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In early spring a stranger showed up at "Touchdown" Tony Martin's home in Escondido, California. No doubt the wide receiver, a Pro Bowl veteran and Miami native who started his career with the Dolphins, is accustomed to occasional visits from strangers. That's the price of fame. But Michael Medrano was different. Medrano appeared at Martin's Misty Meadow Lane home during the evenings of April 27 and May 2, 4, 6, and the morning of May 10. There was never anybody home.
Medrano was not a fan but a process server toting a summons. Prominent Miami criminal-defense attorney Milton Hirsch had filed suit in mid-April against the 33-year-old Martin (who was then playing for the San Diego Chargers) for breach of contract. Hirsch alleged the gridiron star agreed to pay a $175,000 fee for an accused drug dealer named Rickey Brownlee, then reneged. On May 12 Medrano mailed the papers to Martin's home and left a second set with a secretary at Chargers headquarters.
Hirsch's lawsuit is only the beginning of the football star's worries. Three law enforcement sources told New Times that the U.S. Attorney's Office and the Drug Enforcement Administration are investigating Martin to determine if he laundered drug profits for Brownlee. In January the feds accused Brownlee, Martin's childhood friend, of running one of South Florida's largest drug rings. The Opa-locka businessman -- who owns a well-known restaurant, a car wash, and several buildings in the area and who was the subject of an April 23 New Times cover story -- faces seven counts of cocaine and heroin trafficking. He is now awaiting trial in the downtown Federal Detention Center without bond.
The investigation of Martin comes at a time when he should be celebrating. Last year he inked a $9.4 million, four-year contract with San Diego. This spring the Chargers traded him to the Atlanta Falcons, bringing him closer to his family in South Florida. And he's been playing some of the best ball of his tumultuous ten-year career.
If the feds charge Martin with a crime, it could jeopardize his National Football League standing. Moreover, the NFL could punish him just for hanging around with Brownlee, who was convicted twice in the Eighties for cocaine trafficking. "Improper associations would be a cause of concern and could lead to action from the commissioner's office," says NFL spokesman Greg Aiello, speaking generally about NFL policy.
Martin didn't return three messages left at the Falcons' training camp. His father Harold Martin told New Times only: "I will not discuss a sensitive issue involving my son." Kieran Fallon, Martin's Miami lawyer, was similarly mum: "Now that it is apparent that my client is under investigation by the U.S. Attorney's Office, I don't think it's appropriate to comment.... It's no secret he and Brownlee have known each other for a long time. Mr. Brownlee owned restaurants and stores, and if you lived in that area, you know who Rickey Brownlee is. [Tony] still considers Brownlee to be a good guy."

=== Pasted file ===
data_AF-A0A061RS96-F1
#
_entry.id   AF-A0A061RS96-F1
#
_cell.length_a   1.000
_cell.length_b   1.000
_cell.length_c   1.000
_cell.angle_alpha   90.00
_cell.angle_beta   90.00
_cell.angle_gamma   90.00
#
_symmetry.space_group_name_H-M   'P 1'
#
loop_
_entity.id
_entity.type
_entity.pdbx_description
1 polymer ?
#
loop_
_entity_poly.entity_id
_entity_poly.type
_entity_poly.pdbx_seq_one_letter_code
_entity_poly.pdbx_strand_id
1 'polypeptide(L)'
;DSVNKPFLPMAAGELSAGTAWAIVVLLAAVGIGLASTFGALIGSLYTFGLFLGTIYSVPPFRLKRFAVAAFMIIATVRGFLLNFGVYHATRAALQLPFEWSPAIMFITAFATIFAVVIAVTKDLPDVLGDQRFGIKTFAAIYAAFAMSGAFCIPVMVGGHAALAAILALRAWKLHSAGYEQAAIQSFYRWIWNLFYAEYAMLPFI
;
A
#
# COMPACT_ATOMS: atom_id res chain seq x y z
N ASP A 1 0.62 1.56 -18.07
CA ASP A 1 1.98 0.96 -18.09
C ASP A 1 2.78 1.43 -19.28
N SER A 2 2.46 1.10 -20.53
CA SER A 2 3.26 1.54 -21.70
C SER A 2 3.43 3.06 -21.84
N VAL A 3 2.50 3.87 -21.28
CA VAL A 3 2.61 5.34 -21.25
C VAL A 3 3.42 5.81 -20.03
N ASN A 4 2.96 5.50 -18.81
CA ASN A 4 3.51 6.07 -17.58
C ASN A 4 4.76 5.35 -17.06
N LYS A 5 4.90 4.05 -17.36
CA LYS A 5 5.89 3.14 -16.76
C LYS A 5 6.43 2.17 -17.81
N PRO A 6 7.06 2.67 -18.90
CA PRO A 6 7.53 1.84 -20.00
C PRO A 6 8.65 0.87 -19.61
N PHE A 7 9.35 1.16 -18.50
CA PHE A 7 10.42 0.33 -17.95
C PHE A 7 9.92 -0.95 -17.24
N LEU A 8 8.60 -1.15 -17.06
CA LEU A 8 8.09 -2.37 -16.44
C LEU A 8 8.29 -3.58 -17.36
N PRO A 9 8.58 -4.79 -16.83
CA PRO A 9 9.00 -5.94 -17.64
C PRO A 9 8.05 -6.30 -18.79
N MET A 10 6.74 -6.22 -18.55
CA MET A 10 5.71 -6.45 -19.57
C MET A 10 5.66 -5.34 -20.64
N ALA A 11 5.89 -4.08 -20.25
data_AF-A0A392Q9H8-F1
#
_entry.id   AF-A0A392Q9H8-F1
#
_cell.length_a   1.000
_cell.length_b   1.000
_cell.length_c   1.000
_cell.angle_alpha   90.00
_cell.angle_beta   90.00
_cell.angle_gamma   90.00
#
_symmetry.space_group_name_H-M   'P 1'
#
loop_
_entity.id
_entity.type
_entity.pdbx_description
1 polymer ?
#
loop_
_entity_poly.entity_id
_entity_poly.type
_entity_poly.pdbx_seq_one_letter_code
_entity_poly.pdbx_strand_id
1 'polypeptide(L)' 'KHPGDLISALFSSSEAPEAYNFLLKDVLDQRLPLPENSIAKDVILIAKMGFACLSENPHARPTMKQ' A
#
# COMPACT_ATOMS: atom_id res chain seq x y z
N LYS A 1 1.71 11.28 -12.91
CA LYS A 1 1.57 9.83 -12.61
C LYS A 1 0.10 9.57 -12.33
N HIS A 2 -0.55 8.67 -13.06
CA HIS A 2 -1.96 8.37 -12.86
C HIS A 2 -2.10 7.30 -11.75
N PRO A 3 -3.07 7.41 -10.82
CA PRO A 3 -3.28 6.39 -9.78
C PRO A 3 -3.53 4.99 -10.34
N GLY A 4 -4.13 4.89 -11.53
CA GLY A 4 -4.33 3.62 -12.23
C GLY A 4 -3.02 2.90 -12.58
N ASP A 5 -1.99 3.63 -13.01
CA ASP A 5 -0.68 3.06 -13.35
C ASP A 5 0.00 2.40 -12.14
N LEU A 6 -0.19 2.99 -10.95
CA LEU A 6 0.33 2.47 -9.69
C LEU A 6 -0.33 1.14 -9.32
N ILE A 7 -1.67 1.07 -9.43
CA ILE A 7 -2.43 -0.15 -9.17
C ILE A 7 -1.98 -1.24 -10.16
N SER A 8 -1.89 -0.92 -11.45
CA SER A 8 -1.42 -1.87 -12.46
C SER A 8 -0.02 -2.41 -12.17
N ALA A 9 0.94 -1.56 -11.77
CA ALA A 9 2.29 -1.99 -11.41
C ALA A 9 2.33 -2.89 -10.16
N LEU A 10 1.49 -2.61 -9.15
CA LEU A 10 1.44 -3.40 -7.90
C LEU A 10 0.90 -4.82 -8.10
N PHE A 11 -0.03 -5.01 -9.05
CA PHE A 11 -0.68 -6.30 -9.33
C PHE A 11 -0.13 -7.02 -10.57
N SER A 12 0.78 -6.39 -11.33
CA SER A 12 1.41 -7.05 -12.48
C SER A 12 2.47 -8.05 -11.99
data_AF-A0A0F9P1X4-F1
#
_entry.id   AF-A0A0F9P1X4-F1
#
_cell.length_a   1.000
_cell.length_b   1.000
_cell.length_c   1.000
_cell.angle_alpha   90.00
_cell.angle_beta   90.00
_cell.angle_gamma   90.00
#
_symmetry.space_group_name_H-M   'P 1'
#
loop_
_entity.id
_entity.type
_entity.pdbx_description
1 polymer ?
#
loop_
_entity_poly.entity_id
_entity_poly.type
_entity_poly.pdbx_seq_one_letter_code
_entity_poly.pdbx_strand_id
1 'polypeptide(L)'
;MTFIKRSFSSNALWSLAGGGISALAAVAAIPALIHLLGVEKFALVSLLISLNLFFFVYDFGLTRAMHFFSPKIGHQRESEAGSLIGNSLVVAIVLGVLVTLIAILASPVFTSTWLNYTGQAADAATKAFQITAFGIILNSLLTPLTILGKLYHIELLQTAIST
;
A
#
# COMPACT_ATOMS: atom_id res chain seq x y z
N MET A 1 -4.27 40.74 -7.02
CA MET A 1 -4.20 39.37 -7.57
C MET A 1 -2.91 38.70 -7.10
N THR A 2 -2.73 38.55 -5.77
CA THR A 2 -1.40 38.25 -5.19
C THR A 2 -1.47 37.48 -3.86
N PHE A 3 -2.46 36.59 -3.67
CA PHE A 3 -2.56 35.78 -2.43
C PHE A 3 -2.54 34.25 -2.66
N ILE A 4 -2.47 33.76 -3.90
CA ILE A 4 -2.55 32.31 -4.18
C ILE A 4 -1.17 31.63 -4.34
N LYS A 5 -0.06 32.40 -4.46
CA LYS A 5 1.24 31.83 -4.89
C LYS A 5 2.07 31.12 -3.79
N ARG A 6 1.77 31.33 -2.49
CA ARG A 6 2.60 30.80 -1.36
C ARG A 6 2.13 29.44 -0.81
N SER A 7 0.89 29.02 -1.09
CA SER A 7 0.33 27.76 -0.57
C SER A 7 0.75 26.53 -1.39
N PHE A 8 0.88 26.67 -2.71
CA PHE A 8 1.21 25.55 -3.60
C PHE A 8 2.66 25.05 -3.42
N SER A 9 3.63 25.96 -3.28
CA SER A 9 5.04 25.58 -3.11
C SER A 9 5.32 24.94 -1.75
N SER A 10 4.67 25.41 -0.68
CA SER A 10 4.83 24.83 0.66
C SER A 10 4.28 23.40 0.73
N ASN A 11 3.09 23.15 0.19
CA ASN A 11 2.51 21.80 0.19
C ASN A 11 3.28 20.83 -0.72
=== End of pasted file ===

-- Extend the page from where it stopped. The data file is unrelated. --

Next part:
The U.S. Attorney's Office has not requested to talk to Martin, according to Fallon. "I can't comment on an ongoing investigation," says Ron DeWaard, the Assistant U.S. Attorney prosecuting Brownlee. "I can neither confirm nor deny [the allegations]."
In a brief phone interview from prison that was ended abruptly by prison officials, the charismatic 41-year-old Brownlee acknowledged he turned to his friend Martin for help after his arrest. "I knew Tony when he was a kid, since before he played for the Dolphins. If I'm broke, can't I ask a man to help me out?"
At Miami Northwestern High School, Martin was in many ways an average kid, according to acquaintances. He had poor grades and kept to himself, but he stood out on the field. "Tony always had the athletic ability to do well," asserts Brett Perriman, who played with Martin at Northwestern, then went on to a ten-year pro career. "I saw him throw the ball 70 yards. He was the only one then who challenged me."
From the start Martin was quick, resourceful, and very determined, says Roger Coffey, who coached the Northwestern Bulls during the mid-Eighties. Coffey now coaches the Miami Central High Rockets. "He didn't talk a lot, but in practice he was a real leader. Tony was a very determined young man. That was the basic ingredient to his success, his determination not to be denied."
Off the field Martin was low-key, Perriman adds. "He was never one of those tough, hard-nosed guys like myself. He was always well dressed and well manicured. Kind of quiet."
Martin met Brownlee, a familiar figure in the inner city, during high school, friends say. Brownlee knew hundreds of people, from his businesses as well as from community barbecues and turkey giveaways that he sponsored. To many in the neighborhood, he had an aura of both success and danger: Brownlee has spent seven years in prison. The current case against him alleges offenses dating to 1986.
Perriman also knew of Brownlee. "I just heard his name around," he recalls. "I don't know about Tony's relationship with Rickey Brownlee."
According to Hirsch, Brownlee was a sports fan who tried to positively influence Martin. "Rickey knew Tony from the neighborhood, from when they were young. He encouraged Tony to keep working toward his professional career," Hirsch says.